3.0/3.5 with Wilderlands and/or Worlds Largest Dungeon
AD&D with string o’ modules
HackMaster w/modules

Light and Improvisational

Encounter Critical
Traveller w/homemade subsector

Light and Supported

OD&D with Verbosh and other musty old JG stuff
Gamma World 1st or 2nd with modules
Boot Hill with modules
Traveller w/3rd Imperium
Encounter Critical w/Asteroid 1618 & stuff
Savage Worlds w/Low Life or other Plot Point adventure
Marvel Superheroes w/modules
Rules Cyclopedia with modules & Gazetteers

The Traveller w/homemade subsector option could actually work as a conversion of the Star Wars campaign. Set the PCs loose in a subsector with the simple charge to "cause trouble for the Empire" and go. But if I was going to go with Trav, I also have a half-baked idea that could work to thematically tie together a string of modules set in the Spinward Marches.


  1. "Traveller with homebrew subsector" makes Rotwang! a happy GM, if that gives you anything to chew on.

  2. Anonymous12:34 PM

    I'd really be interested in hearing more of your thoughts on Low Life. The idea sounds cool, but I've never been able to find any reviews, etc online to answer the question- "Is it TOO crazy?"

  3. The short answer is "No, just crazy enough." The world is goofy, the characters are weird, but at its fundamentals what you have is a post-apocalytpic setting where oddball PCs go on swords & sorcery style adventures. My gut tells me that once you get past chargen any experienced group will have no trouble figuring out the deal.

  4. To improve the support-level for Risus, I offer the following mini-sourcebook of ready-made foes :)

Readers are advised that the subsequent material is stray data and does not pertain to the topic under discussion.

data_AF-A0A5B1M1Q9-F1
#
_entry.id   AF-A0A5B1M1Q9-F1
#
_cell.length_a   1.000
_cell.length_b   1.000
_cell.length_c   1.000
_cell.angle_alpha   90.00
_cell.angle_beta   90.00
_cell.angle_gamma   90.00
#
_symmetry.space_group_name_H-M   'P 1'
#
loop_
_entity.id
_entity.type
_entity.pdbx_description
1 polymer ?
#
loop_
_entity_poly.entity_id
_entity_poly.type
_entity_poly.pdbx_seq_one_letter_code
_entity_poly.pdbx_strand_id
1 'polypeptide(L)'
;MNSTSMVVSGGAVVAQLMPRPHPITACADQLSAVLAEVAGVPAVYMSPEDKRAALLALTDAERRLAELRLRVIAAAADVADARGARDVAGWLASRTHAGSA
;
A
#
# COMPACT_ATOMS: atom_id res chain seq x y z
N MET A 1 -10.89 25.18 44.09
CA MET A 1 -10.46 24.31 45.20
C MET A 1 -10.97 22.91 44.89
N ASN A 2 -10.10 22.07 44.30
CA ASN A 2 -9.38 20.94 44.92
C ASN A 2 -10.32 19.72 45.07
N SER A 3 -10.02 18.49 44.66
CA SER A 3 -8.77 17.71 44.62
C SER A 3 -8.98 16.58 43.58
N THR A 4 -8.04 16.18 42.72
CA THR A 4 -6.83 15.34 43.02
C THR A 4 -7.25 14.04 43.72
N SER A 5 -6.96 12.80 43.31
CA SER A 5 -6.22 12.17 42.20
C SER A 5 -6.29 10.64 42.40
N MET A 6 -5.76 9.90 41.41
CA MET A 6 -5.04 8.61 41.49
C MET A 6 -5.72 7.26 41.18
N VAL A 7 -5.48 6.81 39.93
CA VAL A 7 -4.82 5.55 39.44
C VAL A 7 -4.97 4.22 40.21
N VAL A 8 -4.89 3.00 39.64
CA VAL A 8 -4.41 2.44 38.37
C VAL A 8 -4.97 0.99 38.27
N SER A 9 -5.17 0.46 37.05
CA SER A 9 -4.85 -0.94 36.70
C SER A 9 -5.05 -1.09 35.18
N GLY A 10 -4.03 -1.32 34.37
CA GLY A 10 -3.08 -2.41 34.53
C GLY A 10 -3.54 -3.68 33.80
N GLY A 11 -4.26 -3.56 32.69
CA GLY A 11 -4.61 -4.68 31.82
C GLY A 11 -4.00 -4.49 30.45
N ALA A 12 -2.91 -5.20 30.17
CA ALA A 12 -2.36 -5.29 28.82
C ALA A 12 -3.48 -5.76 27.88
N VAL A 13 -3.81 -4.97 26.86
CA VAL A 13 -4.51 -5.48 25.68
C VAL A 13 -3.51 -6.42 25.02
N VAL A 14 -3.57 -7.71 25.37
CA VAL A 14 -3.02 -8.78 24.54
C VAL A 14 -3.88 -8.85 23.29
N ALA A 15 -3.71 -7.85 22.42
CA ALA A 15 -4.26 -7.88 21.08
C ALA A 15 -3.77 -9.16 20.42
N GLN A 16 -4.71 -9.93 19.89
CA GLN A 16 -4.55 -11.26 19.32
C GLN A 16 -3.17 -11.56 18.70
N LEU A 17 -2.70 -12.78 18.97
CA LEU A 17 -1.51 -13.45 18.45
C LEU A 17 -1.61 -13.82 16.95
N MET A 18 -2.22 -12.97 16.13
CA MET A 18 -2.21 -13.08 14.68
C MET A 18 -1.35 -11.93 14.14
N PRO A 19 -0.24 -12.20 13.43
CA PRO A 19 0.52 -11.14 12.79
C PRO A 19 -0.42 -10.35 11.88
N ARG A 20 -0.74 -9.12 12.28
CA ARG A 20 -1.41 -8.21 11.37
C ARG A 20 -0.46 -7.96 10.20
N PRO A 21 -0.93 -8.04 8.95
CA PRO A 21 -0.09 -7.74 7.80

Ordinary Guard
    Cliches: Ordinary Guard (2)

    Cliches: Monster (3)

    Big Scary Monster
    Cliches: Big Scary Monster (5)

    --- Optional Advanced Versions

    Big Scary Monster
    Cliches: Big Scary Monster [4]

  5. To be handed an OD&D fighter with no skills, no feats, no nothing and then be told to go do stuff might cause mental whiplash.


    This is where I tend to go wrong with the whippersnappers I play and run D&D with these days. Most of them started on 3E, which as you note, essentially defines the limits of what one is capable of. I on the other hand started with said skill-less, feat-less, limit-less fighter, and always learned to extrapolate from there. These kids, if you don't have the skill, you can't do it... at all. Hell, in games where you have no default use of a skill, you can't even do the simplest things! Like in Rifts; if you don't have the D-Bee Lore skill, you can't identify a D-Bee... even if you've encountered it before! Haven't run into it yet, but I suppose if I need to jump and I don't have the "jump" skill, I'm kinda screwed...

    I've noticed, too, that not only are these players limited in skill-like and feat-like abilities, they also have no "character goals" in mind. 3E spoon-feeds EVERYTHING to these kids, so that without the plot railroad, they have no idea what to do. For example, in my current Outremer 4130 campaign, the characters all were from the Avillonian Isles (Albion or Lyonnesse) and were going to Outremer to "make their fortunes." I dropped them off on the wharf at Caesarea and... they did nothing. The characters literally stood around on the wharf until I had some merchants come up to them to sell them goods and "hand" them some plot hooks. Maybe it's because of the video games and their "Quest Givers" or the whole railroad thing, I dunno. It just drives me nuts.

    I much prefer the sandbox campaign, both running it and playing in it... and yet that style seems to be dying in favor of programmed character-build campaigns. Sigh.

    Well, if I was one of your players, I'd be all for "Cyclopedia D&D, modules, and Gazetteers," as I LOVE Mystara, and it is an awesome sandbox setting. But that's just me, and I'm not one of your players... :(

  6. I suddenly want to run a Risus dungeoneering expedition where the PCs have to use the combat rules for dealing with pits traps, unidentifiable smells, and insanely intricate maze levels.

  7. Anonymous12:53 PM

    Thanks. Low Life is definitely intriguing. As far as I know it's the only game where my character can be a mutant twinkie.

    The savage world plot point books defintiely are a great resource for a GM pressed for time. You can always run the adventures from one using a different system too (something I'm thinking about).

  8. I suddenly want to run a Risus dungeoneering expedition where the PCs have to use the combat rules for dealing with pits traps, unidentifiable smells, and insanely intricate maze levels.